We are pleased to inform you that the MARS research group was able to make a further contribution to the analysis and decision-making in urban road traffic with its SmartOpenHamburg project. In order to cope with the ever-increasing traffic in big cities, different solution strategies are simultaneously considered and also operated by many cities. In Hamburg, one of these strategies is the provision of all available means of transport at so-called HVV switch points (transport nodes where the load on the transport infrastructure is very high). One of these switch points is the underground station Kellinghusenstraße. As part of this work, HAW Hamburg has published an interesting article. Feel free to have a look at it here.

MARS at the ITS World Congress 2021

This year, the MARS Group took part in the ITS World Congress, an annual international event focused on technological innovation and policy initiatives around smart mobility and the digitalization of transport. The five-day event features a vast assortment of program sessions, live demonstrations, and an exhibition hall.

Multi-modality in urban traffic is becoming an increasingly important issue in modern traffic infrastructures. Ease of access and the ability to choose between multiple travel modalities can lower traffic volume on the streets and be conducive to meeting sustainability goals. To study multi-modality in an urban setting, the MARS Group developed a model in which agents travel from a subway station in Hamburg, Germany (U Kellinghusenstraße) to a nearby point of interest. They can do so using a number of owned and shared travel modalities, enabling the model to be used in the context of both behavior-related and traffic-related studies. The publication is available for download here.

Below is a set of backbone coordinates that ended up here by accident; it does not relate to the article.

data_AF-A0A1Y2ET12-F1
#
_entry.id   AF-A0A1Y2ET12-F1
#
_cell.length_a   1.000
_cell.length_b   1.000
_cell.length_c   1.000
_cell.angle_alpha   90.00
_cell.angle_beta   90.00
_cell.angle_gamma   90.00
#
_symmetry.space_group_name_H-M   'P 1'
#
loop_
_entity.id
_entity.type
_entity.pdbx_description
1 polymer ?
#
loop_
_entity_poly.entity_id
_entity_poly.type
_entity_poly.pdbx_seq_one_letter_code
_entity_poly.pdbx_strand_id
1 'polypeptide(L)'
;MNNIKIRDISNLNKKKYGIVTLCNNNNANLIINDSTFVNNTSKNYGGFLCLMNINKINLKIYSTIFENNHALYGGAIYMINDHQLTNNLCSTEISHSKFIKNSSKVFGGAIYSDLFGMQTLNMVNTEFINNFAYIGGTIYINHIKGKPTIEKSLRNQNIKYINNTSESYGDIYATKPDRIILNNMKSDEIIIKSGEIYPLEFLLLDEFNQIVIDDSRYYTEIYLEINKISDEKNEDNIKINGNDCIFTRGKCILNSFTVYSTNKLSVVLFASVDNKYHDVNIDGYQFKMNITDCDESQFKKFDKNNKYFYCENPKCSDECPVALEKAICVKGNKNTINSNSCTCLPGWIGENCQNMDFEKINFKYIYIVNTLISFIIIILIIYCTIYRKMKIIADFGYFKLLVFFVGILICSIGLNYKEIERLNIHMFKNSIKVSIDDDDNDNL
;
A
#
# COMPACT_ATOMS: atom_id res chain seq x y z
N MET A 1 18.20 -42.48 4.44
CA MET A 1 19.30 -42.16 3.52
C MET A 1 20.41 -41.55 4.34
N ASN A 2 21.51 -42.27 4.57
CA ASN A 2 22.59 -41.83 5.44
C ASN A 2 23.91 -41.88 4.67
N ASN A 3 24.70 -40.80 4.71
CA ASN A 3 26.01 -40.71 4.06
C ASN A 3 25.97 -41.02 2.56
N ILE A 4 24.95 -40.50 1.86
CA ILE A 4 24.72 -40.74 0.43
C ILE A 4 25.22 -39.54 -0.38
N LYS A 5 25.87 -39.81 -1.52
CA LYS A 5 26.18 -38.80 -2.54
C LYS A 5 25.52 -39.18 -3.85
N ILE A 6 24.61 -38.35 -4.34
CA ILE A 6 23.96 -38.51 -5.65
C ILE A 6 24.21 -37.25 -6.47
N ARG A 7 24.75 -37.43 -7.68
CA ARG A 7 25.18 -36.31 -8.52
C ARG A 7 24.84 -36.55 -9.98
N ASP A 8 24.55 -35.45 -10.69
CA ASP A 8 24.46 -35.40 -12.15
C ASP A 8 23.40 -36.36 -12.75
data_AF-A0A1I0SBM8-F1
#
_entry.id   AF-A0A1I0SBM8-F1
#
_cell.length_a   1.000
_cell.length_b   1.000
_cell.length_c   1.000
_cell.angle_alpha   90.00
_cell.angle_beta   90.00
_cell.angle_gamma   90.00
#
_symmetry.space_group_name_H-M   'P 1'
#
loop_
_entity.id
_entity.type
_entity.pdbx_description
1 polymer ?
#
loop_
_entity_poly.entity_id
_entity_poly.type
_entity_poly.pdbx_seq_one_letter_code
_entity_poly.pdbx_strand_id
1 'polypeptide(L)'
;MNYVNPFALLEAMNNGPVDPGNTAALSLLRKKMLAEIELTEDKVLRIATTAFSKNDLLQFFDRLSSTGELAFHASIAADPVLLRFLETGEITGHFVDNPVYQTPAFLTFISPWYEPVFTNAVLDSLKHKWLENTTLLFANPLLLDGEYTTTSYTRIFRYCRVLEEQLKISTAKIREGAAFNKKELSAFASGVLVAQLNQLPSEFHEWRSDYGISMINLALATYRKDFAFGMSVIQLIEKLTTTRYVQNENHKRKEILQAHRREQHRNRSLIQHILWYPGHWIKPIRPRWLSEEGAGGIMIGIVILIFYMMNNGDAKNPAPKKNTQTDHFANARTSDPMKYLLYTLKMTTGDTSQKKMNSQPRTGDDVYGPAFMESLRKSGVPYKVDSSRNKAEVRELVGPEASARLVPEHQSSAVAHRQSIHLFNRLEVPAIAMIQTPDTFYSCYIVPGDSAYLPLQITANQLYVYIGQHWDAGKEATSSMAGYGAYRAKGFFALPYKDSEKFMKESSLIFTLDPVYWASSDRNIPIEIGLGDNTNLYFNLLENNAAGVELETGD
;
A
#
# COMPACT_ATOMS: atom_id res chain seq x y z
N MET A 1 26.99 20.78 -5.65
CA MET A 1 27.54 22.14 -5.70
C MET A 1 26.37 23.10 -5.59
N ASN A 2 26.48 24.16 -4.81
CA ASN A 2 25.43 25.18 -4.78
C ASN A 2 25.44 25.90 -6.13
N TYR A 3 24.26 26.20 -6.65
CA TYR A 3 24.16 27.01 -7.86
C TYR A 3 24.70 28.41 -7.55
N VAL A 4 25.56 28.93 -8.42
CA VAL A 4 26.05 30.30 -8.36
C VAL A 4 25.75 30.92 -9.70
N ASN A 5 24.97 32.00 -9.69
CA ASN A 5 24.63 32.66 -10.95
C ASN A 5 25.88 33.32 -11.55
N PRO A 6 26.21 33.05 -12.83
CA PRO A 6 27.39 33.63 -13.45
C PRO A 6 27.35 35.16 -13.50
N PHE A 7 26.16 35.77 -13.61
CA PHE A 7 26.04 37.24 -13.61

This video was prepared for the ITS World Congress and showcases a visualization of a simulation output.

It has been a while: MARS BBQ 2021!

After roughly 18 months of self-isolation, and social distancing, the MARS Team finally reunited for their annual tradition at the MARS BBQ 2021. While we have been busy as ever during the pandemic, many of us haven’t seen each other in person since early 2020. Needless to say, it was pure joy to be back together, eating, drinking, talking, discussing, and enjoying (mostly) pleasant Hamburg summer weather.

We wish all of our friends, colleagues, collaborators, and everyone else similar opportunities in the very near future. While the end of Covid-19 is still not ubiquitously in sight, our hope is that all of us can enjoy the physical presence and company of those we care for much more regularly again. Cheers!

UAS7 research internship with MARS at HAW Hamburg

Gabriel Steinberg, computer science graduate from Binghamton University (SUNY), completed a virtual research internship in multi-agent modelling and simulation with the MARS group at HAW Hamburg in Germany. He signed up through the UAS7 internship program.